What it means to be a black Saudi

What it means to be a black Saudi
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Black Saudi model Faisal Falattah was raised by a single mother from the age of 2. (SUPPLIED: Instagram photo by @2o_skilled)
What it means to be a black Saudi
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Faisal Falattah posing at Jeddah’s new Waterfront. (SUPPLIED: Instagram photo by @2o_skilled)
Updated 02 March 2018

What it means to be a black Saudi

What it means to be a black Saudi

JEDDAH: The style, the looks and the pose would grace a fashion magazine anywhere in the world. Faisal Falattah, 32, is proud to be a black Saudi model, fashion designer and stylist paving the way for others to come.
Raised by a single mother from the age of two, Falattah is conscious of the fact that he was all she had, which increased his aspirations and his desire to make her proud.
Falattah admits modeling doesn’t pay well; in fact, at first he had to pay photographers to shoot him, but gradually people began to find out about him, and asked him to do photo shoots and collaborations.
Falattah is known for his stylish outfits and color coordination. In 2008, he was watching a fashion show on TV, and instinctively knew how some of the outfits could be altered and worn better. “That’s when I realized I wanted to be a fashion designer. I wanted to help people of all skin tones and shapes figure out what to wear. I wanted that to be my career and my life,” he told Arab News.
“I enjoy taking care of all aspects of a photo shoot, making sure the photographer is comfortable and knows how to showcase the image I’m portraying, one who can make the colors and fabric pop, and can shoot my skin tone. I always make sure I’m involved in all these details.
“There’s a misconception about photography; it’s not a one-man show. Photographers must be good at guiding models, but a model’s body language and expertise are also as important.”
Falattah has worked with distinguished photographers, including Cameron Mackey in Los Angeles. They shared a chemistry, and she told Falattah he was born to model. He also worked with rising Saudi photographer Talal Afandi, who shares a close bond with him and encouraged him to pursue modeling as a career.
When not modeling, Falattah works as a housing supervisor at King Faisal Specialist Hospital, while studying for a degree in Business Administration at King Abdulaziz University.
Falattah dealt with discrimination while growing up in Jeddah. “I did face some comments when I was at school, but I learned to filter them out, as well as jabs at my masculinity. I grew more confident and changed the way I carried myself as I met more people and got out of my shell.
“Beauty standards are changing universally, and I want us to embrace that change, and by going after what I love, I’m hoping to inspire people to make careers out of their passions.”
Saudis have embraced fashion, he said. “The fashion scene in Riyadh is unbelievable, and now is the time for the universe to discover the raw gems in the Kingdom. We can do what everyone’s doing, and just because we got a late start doesn’t mean we don’t have anything to offer.”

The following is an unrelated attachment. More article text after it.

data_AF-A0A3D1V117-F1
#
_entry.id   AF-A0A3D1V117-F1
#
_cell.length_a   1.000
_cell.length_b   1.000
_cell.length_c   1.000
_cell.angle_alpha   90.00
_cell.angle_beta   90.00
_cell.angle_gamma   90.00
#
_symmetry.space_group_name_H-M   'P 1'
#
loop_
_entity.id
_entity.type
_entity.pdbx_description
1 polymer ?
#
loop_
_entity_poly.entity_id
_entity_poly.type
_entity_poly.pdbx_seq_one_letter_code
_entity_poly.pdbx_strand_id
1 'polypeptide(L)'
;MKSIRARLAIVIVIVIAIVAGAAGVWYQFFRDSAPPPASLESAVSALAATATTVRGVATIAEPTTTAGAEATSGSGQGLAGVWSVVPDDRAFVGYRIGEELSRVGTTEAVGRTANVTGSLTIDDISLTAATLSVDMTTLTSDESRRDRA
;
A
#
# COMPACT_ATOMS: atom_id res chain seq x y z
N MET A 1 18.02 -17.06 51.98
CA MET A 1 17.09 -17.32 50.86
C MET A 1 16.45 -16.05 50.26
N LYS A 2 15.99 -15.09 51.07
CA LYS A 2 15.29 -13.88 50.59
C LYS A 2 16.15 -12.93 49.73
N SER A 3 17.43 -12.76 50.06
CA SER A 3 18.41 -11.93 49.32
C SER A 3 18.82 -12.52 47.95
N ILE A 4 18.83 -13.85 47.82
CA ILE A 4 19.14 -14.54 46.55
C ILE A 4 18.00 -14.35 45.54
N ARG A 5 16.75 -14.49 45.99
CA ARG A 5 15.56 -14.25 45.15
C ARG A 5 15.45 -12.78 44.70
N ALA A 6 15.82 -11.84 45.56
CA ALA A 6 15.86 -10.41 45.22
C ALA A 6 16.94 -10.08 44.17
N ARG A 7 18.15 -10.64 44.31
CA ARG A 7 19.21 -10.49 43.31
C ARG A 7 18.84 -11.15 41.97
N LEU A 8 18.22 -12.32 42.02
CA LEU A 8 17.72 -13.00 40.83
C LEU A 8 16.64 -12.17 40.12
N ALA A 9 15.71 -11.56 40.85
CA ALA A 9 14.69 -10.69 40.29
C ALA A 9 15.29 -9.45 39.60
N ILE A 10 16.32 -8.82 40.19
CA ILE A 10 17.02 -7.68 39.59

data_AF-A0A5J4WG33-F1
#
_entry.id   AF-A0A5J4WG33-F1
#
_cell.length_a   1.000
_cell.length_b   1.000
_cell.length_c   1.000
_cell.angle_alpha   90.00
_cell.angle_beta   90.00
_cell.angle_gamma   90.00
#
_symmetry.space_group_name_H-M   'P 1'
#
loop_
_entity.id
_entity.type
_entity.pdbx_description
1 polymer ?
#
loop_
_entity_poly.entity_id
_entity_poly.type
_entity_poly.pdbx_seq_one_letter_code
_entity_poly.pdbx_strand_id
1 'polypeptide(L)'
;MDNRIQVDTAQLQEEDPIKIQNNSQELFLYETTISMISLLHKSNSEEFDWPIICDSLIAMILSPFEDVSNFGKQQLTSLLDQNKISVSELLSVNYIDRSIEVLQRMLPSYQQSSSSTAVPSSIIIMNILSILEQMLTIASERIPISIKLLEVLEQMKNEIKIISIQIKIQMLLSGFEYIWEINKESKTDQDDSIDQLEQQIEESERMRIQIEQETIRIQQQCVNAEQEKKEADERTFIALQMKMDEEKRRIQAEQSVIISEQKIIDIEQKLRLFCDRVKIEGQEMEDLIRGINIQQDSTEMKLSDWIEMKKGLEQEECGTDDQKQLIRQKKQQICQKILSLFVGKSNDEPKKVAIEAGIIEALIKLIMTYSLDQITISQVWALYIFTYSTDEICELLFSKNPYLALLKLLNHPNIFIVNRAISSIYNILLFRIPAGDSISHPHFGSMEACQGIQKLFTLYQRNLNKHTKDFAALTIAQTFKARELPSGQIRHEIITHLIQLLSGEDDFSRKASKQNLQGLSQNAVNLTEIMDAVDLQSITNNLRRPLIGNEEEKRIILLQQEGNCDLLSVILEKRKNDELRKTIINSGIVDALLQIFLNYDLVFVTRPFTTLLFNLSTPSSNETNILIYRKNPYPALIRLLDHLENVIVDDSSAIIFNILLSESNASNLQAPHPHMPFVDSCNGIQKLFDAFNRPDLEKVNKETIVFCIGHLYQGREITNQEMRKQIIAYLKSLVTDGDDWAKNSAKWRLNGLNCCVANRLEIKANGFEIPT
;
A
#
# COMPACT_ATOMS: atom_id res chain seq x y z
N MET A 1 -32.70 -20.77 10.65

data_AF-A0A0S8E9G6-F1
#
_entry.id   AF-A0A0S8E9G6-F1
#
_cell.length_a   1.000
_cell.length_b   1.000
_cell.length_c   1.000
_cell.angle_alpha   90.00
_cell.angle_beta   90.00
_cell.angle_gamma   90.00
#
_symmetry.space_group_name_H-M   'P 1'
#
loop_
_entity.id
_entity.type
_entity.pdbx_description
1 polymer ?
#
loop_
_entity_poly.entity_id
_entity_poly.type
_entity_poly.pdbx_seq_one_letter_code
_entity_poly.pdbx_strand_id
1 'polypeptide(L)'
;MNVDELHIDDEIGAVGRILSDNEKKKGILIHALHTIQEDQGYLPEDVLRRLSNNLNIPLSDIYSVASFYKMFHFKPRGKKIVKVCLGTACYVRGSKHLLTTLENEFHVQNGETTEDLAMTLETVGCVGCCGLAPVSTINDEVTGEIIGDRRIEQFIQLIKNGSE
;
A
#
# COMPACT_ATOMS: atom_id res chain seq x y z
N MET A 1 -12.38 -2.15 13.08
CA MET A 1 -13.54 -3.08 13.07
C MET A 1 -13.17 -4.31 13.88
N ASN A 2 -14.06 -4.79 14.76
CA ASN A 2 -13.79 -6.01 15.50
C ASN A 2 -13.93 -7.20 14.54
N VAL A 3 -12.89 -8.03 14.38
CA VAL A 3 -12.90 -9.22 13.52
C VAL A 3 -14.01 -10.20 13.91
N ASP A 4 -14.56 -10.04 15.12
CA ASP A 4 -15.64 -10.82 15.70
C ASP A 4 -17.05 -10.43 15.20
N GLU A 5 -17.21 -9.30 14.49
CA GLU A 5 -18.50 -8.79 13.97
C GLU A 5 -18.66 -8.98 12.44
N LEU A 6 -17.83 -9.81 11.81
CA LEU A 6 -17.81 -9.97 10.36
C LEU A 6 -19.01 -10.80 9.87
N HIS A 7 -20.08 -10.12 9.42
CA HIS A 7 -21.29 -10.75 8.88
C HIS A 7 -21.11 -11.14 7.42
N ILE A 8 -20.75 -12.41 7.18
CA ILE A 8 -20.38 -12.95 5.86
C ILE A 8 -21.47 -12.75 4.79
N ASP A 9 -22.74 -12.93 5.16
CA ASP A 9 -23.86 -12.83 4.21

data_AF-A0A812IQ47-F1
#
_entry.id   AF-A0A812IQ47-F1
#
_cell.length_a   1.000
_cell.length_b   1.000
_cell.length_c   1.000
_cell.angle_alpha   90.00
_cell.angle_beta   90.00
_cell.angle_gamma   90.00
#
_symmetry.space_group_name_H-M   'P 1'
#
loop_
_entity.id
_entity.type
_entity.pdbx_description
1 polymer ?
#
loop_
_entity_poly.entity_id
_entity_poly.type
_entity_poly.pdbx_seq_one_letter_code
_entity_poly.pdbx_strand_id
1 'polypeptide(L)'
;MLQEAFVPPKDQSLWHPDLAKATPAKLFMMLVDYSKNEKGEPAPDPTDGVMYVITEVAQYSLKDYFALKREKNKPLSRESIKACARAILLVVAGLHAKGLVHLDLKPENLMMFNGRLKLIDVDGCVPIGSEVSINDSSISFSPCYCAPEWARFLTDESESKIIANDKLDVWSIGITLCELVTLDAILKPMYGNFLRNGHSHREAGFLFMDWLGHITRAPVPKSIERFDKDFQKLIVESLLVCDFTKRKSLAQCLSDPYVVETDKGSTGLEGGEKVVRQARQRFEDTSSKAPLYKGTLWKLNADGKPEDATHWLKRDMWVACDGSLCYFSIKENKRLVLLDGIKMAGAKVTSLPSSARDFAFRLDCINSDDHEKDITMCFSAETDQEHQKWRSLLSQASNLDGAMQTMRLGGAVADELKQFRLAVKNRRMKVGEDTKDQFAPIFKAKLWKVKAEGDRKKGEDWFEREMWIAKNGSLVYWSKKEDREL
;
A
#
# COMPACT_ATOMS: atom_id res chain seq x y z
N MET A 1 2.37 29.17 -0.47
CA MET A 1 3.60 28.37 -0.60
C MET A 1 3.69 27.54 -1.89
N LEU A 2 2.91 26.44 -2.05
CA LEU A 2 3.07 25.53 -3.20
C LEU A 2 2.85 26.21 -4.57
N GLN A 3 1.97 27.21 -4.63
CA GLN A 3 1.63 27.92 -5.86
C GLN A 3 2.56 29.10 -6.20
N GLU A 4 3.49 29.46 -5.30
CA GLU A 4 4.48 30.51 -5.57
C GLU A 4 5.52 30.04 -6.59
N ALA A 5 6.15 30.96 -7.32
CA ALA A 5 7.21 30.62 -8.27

The singer and entertainer Hanan Younis, 40, is better known by the stage name Waed.
She comes from a family of entertainers; her brothers and sisters are actors, directors, and TV and radio hosts.
Her father, Baker Younis, co-founded a broadcasting and television station in Saudi Arabia, exposing her to the entertainment industry from a young age; Waed first sang on TV when she was 7. She took part in a number of televised musical shows while still at school. Waed released her first album in 2001 and remains hugely popular in the Arab world.

Adel Al-Kalbani
The 58-year-old former imam of Makkah’s holy mosque and a famous Qur’an reciter, Al-Kalbani was the first black man to hold the position.  Born in Riyadh, he worked for Saudi Airlines for six years. He was taught by many Islamic scholars and was an imam in a number of mosques in Riyadh, most famously in King Khalid’s mosque. Al-Kalbani issued a fatwa on social media rejecting the prohibition on music and singing, and was criticized by other scholars. He has been the imam at Al-Mohaisen mosque in Riyadh for the past nine years.

Majed Abdullah
Former striker with Al-Nassr and the Saudi national team, now aged 59. Nicknamed the Arabian Jewel and Desert Pelé, he was Asian Footballer of the Year for three consecutive years: 1984, 1985, 1986. Played for Al-Nassr for more than 20 years and scored 320 goals. He retired from playing at 40, and became manager. In 2008, more than 70,000 fans turned out for his testimonial match at King Fahd International Stadium in Riyadh, when Al-Nassr beat Real Madrid 4-1. Created a Twitter account in 2014 and attracted over 214,000 followers in two hours. 

Over 10 million receive COVID-19 vaccine in Saudi Arabia as 14 new deaths recorded

Over 10 million receive COVID-19 vaccine in Saudi Arabia as 14 new deaths recorded
Updated 26 min 36 sec ago

Over 10 million receive COVID-19 vaccine in Saudi Arabia as 14 new deaths recorded

Over 10 million receive COVID-19 vaccine in Saudi Arabia as 14 new deaths recorded
  • The Kingdom said 982 patients recovered in past 24 hours
  • The highest number of cases were recorded in Riyadh with 402

RIYADH: Saudi Arabia recorded 14 new COVID-19 related deaths on Thursday, raising the total number of fatalities to 7,032.